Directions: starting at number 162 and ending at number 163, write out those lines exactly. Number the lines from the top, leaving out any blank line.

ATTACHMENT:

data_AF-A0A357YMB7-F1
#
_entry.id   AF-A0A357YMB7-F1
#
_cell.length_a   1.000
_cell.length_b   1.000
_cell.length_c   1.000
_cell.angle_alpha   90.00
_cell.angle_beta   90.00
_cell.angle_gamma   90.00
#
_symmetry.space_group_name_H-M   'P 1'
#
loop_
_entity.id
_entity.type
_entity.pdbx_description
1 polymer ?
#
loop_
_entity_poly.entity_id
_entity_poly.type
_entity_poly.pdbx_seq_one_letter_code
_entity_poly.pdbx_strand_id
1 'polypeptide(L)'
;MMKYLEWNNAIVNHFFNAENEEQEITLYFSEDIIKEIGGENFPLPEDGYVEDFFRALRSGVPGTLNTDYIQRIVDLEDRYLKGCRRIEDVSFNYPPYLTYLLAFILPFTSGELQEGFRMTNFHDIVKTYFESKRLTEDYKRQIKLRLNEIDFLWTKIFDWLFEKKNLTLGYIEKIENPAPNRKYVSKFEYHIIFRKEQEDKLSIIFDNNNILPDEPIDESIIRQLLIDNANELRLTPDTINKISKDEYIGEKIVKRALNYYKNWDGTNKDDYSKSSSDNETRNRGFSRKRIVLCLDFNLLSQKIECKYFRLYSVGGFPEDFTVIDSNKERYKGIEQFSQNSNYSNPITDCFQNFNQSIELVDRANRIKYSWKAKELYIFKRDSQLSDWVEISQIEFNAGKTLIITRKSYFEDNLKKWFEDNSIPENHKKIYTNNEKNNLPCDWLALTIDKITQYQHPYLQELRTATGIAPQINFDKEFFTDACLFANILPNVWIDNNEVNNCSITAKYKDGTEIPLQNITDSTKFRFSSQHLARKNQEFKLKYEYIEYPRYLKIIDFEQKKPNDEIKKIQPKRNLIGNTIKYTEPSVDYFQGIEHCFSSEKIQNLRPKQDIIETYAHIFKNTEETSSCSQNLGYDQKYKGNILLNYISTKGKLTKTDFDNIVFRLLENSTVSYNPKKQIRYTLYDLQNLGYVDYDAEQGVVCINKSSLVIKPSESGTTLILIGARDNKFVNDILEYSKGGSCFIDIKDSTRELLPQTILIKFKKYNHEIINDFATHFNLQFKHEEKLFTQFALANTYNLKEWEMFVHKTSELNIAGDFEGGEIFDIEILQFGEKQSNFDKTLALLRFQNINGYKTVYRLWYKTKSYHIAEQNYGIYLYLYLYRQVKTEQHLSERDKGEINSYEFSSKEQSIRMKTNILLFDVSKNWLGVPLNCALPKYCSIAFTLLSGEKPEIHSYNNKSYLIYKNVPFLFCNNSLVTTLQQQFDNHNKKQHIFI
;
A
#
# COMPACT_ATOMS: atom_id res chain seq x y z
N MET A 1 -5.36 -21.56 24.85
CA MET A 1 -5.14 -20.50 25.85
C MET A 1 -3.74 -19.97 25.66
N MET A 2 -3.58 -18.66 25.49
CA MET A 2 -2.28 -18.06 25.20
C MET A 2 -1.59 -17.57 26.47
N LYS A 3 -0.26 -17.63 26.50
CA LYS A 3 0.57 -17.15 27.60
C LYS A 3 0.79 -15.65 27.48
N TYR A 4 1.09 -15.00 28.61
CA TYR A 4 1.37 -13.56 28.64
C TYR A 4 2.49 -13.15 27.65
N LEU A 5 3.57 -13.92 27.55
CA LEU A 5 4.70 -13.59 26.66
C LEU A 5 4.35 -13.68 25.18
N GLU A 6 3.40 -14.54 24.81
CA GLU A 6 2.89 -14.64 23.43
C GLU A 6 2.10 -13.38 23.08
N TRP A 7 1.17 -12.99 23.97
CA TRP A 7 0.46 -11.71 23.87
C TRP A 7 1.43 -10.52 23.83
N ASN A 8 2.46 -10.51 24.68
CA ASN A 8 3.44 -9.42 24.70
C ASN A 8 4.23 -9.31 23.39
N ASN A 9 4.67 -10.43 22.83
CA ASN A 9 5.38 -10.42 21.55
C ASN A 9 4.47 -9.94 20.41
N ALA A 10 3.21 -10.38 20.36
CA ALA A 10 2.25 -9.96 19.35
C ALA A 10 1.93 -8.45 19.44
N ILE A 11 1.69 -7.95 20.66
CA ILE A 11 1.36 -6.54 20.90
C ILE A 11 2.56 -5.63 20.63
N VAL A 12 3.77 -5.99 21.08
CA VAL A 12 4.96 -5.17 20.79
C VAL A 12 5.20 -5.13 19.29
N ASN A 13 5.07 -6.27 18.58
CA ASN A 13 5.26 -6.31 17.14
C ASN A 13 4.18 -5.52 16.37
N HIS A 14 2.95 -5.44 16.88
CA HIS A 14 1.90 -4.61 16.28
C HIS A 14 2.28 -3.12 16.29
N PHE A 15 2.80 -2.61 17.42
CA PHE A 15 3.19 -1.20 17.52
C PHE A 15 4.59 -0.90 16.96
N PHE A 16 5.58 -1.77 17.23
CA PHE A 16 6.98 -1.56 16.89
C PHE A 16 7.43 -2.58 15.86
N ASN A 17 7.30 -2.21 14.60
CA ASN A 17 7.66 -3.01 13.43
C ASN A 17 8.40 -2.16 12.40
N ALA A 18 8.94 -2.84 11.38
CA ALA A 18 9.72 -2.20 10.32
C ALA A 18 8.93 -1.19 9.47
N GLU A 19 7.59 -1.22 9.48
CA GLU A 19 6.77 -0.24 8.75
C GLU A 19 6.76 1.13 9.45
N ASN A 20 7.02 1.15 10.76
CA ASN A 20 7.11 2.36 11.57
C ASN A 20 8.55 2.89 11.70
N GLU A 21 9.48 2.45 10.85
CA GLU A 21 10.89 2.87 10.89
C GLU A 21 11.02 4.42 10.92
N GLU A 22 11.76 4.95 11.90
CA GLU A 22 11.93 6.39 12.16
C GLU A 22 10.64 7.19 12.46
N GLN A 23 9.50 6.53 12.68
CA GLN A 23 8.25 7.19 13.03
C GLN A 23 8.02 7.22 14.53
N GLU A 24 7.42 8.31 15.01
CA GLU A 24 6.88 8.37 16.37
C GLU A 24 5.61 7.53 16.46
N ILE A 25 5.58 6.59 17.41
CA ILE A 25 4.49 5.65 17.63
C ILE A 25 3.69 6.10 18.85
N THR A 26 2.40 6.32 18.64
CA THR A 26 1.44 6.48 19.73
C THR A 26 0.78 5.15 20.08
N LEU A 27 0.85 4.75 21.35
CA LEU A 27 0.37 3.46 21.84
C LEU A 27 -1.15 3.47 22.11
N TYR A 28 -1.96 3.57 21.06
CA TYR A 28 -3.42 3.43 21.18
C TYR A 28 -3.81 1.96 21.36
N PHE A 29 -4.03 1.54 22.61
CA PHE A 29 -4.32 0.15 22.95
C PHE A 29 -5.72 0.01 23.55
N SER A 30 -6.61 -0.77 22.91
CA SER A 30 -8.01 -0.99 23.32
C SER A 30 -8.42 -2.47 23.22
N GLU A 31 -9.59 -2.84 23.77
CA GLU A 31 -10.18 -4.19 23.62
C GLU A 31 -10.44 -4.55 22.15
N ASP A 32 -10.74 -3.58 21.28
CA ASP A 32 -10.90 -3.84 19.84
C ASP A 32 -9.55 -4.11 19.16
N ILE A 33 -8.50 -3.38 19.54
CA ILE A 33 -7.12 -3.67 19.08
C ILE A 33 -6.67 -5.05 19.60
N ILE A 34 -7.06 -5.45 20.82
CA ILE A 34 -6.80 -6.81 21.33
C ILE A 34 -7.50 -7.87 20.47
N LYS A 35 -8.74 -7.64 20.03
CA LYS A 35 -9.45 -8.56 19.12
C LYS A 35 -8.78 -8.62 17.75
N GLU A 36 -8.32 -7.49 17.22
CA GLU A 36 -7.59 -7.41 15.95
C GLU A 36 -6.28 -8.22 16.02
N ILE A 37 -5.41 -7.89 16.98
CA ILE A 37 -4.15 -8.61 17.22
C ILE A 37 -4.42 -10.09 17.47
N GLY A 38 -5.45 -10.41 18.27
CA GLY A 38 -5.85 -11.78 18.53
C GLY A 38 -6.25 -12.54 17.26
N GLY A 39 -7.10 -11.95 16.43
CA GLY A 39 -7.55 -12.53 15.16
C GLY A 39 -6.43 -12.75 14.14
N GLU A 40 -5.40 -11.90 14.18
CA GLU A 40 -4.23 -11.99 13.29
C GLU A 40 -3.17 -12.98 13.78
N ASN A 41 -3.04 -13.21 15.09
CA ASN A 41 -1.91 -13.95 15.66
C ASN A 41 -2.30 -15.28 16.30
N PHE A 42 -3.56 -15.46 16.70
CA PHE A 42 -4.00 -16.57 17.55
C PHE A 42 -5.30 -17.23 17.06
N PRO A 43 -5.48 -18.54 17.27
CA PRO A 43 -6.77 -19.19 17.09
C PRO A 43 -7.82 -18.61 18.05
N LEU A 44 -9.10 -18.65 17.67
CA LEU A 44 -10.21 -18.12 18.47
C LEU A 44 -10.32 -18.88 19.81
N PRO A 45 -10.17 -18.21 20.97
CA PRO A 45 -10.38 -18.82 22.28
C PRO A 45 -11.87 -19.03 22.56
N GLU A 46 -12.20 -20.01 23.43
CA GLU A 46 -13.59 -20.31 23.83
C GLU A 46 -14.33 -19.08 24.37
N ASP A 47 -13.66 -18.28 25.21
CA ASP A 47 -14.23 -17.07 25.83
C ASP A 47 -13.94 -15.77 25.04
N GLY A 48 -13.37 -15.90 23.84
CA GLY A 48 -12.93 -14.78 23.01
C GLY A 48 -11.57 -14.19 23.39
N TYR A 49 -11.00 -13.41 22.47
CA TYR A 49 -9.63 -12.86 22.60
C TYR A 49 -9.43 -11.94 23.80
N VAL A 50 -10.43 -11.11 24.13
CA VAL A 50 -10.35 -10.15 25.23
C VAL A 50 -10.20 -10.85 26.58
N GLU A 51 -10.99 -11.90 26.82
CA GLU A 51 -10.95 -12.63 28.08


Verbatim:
C LEU A 44 -10.32 -18.88 19.81
N PRO A 45 -10.17 -18.21 20.97